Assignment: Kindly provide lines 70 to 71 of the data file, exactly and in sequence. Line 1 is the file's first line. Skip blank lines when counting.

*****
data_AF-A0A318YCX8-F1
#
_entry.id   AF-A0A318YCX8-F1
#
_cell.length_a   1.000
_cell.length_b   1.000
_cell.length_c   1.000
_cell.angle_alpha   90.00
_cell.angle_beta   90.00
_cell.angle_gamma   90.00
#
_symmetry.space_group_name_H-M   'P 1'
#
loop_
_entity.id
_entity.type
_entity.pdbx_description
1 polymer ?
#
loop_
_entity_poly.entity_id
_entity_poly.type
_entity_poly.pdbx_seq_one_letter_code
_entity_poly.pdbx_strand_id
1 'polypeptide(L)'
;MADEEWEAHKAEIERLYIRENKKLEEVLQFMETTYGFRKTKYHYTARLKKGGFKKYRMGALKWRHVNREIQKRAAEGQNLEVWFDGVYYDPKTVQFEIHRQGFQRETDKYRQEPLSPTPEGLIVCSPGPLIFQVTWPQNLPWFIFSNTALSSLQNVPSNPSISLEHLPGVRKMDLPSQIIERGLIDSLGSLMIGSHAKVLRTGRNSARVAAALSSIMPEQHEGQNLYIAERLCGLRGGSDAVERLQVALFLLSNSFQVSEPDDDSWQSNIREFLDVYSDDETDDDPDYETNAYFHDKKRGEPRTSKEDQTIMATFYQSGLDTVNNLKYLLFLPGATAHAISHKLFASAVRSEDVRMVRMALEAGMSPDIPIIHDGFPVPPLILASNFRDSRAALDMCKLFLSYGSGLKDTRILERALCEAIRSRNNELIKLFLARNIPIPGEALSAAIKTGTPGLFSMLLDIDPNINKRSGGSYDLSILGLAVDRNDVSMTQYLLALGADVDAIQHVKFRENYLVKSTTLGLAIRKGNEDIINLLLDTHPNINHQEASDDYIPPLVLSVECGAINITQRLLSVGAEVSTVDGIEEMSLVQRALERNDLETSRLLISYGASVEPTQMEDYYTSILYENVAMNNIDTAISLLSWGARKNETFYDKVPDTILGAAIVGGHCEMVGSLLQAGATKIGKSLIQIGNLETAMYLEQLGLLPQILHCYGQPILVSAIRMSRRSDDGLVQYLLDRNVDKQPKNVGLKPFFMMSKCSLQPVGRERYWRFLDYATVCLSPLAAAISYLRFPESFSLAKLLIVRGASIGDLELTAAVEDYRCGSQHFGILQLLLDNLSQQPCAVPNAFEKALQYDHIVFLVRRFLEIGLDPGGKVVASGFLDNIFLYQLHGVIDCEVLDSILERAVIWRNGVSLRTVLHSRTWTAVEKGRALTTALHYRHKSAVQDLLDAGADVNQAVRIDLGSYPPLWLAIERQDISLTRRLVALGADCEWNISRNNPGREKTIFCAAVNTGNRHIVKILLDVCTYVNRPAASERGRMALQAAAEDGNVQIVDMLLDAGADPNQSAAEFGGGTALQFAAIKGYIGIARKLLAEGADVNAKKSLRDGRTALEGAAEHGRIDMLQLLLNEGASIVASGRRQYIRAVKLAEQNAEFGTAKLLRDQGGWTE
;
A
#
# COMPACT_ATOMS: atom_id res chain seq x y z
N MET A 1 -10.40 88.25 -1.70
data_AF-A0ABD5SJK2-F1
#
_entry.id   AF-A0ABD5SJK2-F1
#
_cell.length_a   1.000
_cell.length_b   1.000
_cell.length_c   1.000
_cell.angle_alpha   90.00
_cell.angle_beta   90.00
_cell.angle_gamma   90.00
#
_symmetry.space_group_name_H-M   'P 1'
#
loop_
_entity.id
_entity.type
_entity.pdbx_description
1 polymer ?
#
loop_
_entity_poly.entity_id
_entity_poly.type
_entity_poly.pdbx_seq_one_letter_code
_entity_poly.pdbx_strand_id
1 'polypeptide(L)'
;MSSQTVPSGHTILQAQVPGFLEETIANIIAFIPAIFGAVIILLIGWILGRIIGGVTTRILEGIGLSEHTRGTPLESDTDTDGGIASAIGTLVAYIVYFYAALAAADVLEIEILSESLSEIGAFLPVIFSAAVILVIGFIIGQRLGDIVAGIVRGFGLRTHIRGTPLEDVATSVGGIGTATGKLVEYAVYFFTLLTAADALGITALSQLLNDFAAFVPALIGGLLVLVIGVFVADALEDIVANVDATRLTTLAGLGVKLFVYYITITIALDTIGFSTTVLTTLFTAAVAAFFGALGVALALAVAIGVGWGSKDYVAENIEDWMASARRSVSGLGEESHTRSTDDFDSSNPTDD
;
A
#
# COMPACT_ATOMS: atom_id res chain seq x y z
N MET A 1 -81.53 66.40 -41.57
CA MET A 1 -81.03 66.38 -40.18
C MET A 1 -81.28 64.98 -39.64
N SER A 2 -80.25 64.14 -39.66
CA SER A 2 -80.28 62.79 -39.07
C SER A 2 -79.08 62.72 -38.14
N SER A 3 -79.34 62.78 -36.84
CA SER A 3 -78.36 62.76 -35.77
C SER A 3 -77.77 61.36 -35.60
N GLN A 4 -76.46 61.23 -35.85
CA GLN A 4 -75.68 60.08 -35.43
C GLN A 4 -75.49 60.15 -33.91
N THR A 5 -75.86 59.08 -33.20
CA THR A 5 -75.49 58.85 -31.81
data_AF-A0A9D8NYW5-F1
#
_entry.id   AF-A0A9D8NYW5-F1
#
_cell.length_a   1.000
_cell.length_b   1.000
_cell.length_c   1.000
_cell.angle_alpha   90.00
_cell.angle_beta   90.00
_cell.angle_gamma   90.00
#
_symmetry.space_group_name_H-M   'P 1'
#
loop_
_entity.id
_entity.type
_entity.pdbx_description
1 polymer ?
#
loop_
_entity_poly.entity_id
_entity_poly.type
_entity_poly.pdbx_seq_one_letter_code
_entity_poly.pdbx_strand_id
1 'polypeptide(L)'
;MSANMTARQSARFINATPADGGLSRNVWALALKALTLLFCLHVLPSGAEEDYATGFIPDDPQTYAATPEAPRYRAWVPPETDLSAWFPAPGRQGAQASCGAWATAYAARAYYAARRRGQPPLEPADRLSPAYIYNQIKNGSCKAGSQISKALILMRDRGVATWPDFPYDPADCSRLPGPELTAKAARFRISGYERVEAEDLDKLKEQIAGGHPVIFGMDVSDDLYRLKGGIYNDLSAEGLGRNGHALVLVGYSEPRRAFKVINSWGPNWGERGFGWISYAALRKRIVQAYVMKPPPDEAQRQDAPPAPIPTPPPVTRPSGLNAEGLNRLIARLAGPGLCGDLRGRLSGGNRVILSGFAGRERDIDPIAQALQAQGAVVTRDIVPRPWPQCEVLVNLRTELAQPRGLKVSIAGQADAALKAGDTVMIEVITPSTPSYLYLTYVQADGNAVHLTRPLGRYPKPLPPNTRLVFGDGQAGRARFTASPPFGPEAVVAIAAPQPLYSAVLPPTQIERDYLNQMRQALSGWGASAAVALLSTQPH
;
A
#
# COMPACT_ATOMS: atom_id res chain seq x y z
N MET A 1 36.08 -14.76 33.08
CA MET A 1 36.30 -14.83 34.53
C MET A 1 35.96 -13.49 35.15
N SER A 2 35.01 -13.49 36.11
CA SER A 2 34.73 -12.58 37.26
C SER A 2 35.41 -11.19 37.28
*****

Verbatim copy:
C SER A 3 -77.77 61.36 -35.60
N GLN A 4 -76.46 61.23 -35.85